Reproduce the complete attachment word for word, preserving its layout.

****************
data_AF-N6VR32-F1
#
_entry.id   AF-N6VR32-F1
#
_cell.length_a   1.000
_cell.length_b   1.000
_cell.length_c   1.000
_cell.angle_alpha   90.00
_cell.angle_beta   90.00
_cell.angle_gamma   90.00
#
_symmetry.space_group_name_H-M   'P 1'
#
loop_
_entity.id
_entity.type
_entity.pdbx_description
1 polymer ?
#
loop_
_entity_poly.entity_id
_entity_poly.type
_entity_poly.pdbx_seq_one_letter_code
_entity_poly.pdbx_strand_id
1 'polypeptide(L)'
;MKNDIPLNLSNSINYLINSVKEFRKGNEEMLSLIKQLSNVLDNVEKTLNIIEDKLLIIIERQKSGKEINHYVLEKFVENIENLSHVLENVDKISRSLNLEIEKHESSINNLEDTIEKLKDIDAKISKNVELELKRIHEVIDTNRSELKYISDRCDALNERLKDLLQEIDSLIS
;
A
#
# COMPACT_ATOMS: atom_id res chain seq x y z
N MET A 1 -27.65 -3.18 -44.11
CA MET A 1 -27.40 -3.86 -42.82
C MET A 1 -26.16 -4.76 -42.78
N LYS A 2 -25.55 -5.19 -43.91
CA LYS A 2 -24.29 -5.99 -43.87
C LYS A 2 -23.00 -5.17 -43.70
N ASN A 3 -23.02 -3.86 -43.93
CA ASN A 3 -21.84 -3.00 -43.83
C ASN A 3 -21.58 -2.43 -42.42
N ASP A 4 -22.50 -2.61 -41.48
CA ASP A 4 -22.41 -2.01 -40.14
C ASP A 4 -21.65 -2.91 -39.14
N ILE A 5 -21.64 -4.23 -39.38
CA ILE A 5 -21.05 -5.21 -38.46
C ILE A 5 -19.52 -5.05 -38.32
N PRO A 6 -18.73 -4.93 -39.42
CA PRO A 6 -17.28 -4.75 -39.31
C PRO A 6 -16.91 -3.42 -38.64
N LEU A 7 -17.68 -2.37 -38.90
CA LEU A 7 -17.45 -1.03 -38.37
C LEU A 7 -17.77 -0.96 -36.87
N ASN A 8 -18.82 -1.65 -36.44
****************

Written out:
data_AF-N6VR32-F1
#
_entry.id   AF-N6VR32-F1
#
_cell.length_a   1.000
_cell.length_b   1.000
_cell.length_c   1.000
_cell.angle_alpha   90.00
_cell.angle_beta   90.00
_cell.angle_gamma   90.00
#
_symmetry.space_group_name_H-M   'P 1'
#
loop_
_entity.id
_entity.type
_entity.pdbx_description
1 polymer ?
#
loop_
_entity_poly.entity_id
_entity_poly.type
_entity_poly.pdbx_seq_one_letter_code
_entity_poly.pdbx_strand_id
1 'polypeptide(L)'
;MKNDIPLNLSNSINYLINSVKEFRKGNEEMLSLIKQLSNVLDNVEKTLNIIEDKLLIIIERQKSGKEINHYVLEKFVENIENLSHVLENVDKISRSLNLEIEKHESSINNLEDTIEKLKDIDAKISKNVELELKRIHEVIDTNRSELKYISDRCDALNERLKDLLQEIDSLIS
;
A
#
# COMPACT_ATOMS: atom_id res chain seq x y z
N MET A 1 -27.65 -3.18 -44.11
CA MET A 1 -27.40 -3.86 -42.82
C MET A 1 -26.16 -4.76 -42.78
N LYS A 2 -25.55 -5.19 -43.91
CA LYS A 2 -24.29 -5.99 -43.87
C LYS A 2 -23.00 -5.17 -43.70
N ASN A 3 -23.02 -3.86 -43.93
CA ASN A 3 -21.84 -3.00 -43.83
C ASN A 3 -21.58 -2.43 -42.42
N ASP A 4 -22.50 -2.61 -41.48
CA ASP A 4 -22.41 -2.01 -40.14
C ASP A 4 -21.65 -2.91 -39.14
N ILE A 5 -21.64 -4.23 -39.38
CA ILE A 5 -21.05 -5.21 -38.46
C ILE A 5 -19.52 -5.05 -38.32
N PRO A 6 -18.73 -4.93 -39.42
CA PRO A 6 -17.28 -4.75 -39.31
C PRO A 6 -16.91 -3.42 -38.64
N LEU A 7 -17.68 -2.37 -38.90
CA LEU A 7 -17.45 -1.03 -38.37
C LEU A 7 -17.77 -0.96 -36.87
N ASN A 8 -18.82 -1.65 -36.44